Aaron, perhaps seeing the chaos he has unleashed, tries to save things by proclaiming, “Let there be a feast to YHWH tomorrow! (Ex 32:5). Dutifully, the people get up early in morning and perform the rudiments of Hebrew worship, offering both whole burnt and peace offerings to YHWH. And then in a time-honored way, they partake of dinner on the grounds, though I doubt they had fried chicken and potato salad. But what they then do is not for delicate ears.
“And the people sat down to eat and drink, and rose up to revel” (Ex 32:7). Or so reads the NRSV. The older RSV read the last verb “play.” Neither quite gets to the meaning, I think. The word comes from the Hebrew root for “laughter,” most famously in the child born to the prune-faced Abraham and Sarah, whom we know as Isaac. In that Genesis story, the laughter represented by the miraculous child is surely joy and gladness. However, in another Genesis story, this word presents a very different flavor. In Gen 26, that same Isaac, now grown up and married to Rebekah, pays a visit to the land of Gerar and its king Abimelech. He, like his father before him, lies about his wife to the king, claiming that she is really his sister. The king in all innocence adds the comely Rebekah to his harem. But one day the king is gazing out of his window and spies Isaac and Rebekah “fondling” one another, as the NRSV has it (Gen 26:8). That verb is the same verb used to describe the actions of the people after they have worshipped and had their post-worship lunch at the base of Sinai. “Play” clearly is not right, and “revel” is a bit better, but what they are doing with one another ought perhaps not be further defined! Fondling on steroids? I leave the picture to you and your own mind.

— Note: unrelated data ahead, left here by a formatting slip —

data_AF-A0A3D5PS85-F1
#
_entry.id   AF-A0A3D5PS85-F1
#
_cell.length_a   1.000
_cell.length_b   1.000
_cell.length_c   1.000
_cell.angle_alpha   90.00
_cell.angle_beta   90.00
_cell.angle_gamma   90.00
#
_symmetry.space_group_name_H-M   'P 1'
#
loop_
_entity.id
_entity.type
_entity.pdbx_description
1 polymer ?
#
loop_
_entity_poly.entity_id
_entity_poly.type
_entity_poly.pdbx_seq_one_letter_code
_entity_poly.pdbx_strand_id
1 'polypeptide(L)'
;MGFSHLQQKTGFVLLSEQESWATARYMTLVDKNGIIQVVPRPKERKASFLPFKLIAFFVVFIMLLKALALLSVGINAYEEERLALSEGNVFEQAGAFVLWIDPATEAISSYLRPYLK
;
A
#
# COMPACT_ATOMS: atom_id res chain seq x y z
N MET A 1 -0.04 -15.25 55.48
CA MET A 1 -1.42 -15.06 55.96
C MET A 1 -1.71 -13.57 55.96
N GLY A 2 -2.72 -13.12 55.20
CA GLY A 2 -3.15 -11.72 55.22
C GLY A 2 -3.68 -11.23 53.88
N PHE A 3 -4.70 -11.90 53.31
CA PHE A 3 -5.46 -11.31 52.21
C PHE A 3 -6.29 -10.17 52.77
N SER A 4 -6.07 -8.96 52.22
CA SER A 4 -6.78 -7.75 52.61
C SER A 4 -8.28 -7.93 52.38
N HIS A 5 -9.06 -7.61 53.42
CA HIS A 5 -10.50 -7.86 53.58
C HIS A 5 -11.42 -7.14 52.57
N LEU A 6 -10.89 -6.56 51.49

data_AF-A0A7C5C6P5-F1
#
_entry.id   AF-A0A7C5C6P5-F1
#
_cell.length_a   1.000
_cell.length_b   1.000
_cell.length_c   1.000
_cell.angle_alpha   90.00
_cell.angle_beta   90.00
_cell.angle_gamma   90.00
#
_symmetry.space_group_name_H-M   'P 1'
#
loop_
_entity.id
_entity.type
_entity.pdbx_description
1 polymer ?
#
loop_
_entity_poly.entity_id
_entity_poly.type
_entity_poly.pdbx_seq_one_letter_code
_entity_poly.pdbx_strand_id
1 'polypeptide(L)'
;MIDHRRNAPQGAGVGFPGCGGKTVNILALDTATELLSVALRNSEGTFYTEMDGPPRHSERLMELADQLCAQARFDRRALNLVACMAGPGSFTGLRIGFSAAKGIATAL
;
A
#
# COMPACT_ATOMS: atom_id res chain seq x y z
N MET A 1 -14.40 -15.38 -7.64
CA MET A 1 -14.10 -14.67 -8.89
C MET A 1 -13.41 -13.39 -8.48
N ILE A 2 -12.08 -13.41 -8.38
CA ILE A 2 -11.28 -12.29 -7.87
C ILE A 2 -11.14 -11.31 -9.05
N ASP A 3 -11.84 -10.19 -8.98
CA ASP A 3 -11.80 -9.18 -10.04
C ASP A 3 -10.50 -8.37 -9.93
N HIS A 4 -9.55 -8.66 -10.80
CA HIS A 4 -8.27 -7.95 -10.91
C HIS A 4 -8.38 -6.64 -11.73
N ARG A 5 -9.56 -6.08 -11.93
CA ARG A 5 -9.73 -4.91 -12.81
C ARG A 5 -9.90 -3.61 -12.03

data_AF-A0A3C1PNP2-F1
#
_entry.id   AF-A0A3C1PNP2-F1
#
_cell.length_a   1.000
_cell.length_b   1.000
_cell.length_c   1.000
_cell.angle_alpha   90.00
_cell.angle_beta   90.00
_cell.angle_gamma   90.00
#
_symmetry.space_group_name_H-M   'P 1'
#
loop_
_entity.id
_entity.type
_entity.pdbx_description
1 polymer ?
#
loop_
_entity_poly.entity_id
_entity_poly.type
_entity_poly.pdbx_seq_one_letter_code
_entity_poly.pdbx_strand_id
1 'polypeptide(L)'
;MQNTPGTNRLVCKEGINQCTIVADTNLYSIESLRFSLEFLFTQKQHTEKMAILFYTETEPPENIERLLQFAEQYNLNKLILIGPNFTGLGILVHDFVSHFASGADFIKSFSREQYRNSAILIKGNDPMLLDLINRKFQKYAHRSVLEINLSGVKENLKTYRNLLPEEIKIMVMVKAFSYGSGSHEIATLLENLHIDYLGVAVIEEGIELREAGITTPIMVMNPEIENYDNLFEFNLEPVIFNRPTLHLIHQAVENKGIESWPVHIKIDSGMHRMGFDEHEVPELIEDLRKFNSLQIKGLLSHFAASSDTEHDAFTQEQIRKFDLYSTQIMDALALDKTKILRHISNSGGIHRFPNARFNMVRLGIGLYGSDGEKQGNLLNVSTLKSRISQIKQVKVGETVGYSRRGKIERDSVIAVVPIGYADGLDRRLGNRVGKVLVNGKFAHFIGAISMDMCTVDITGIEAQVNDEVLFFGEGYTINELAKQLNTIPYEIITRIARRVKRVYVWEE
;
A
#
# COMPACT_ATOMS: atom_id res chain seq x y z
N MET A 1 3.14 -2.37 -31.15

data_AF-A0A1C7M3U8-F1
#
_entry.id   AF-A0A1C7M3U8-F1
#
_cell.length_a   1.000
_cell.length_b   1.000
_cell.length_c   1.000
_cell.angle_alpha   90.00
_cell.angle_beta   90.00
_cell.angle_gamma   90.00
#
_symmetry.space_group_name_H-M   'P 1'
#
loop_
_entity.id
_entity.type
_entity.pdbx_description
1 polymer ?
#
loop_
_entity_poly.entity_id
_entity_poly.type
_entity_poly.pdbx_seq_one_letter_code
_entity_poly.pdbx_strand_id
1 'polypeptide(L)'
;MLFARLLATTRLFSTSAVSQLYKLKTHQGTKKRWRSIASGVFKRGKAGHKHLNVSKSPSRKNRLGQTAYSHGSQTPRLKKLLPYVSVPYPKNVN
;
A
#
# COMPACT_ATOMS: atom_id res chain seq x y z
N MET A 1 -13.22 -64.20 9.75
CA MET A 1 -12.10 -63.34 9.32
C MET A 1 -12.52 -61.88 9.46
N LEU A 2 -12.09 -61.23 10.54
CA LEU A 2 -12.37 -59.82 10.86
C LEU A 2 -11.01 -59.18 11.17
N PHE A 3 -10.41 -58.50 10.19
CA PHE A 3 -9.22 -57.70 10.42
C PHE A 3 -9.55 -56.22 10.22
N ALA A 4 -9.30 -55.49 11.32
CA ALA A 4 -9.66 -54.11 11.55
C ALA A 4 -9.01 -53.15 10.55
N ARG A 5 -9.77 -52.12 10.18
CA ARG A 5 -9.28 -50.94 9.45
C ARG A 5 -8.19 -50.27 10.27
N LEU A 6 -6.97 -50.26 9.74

The scene shifts to the top of the mountain, and YHWH is revealed to be furious, demanding Moses to descend the mountain, tell those Israelite scum that they are blasphemers and liars, no better than the stiff-necked pharaoh whom YHWH has earlier vanquished. And then YHWH says something truly terrifying: “Now let me alone, so that my anger may burn hot against them and I may consume them; but of you I will make a great nation” (Ex 32:10). YHWH has determined to “swallow” the people and then repeats precisely the phrase that YHWH first uttered to Abram in Gen 12:2. It is now Moses who is promised to be the founder of a great nation, free from the wretched Israelite refugees at last.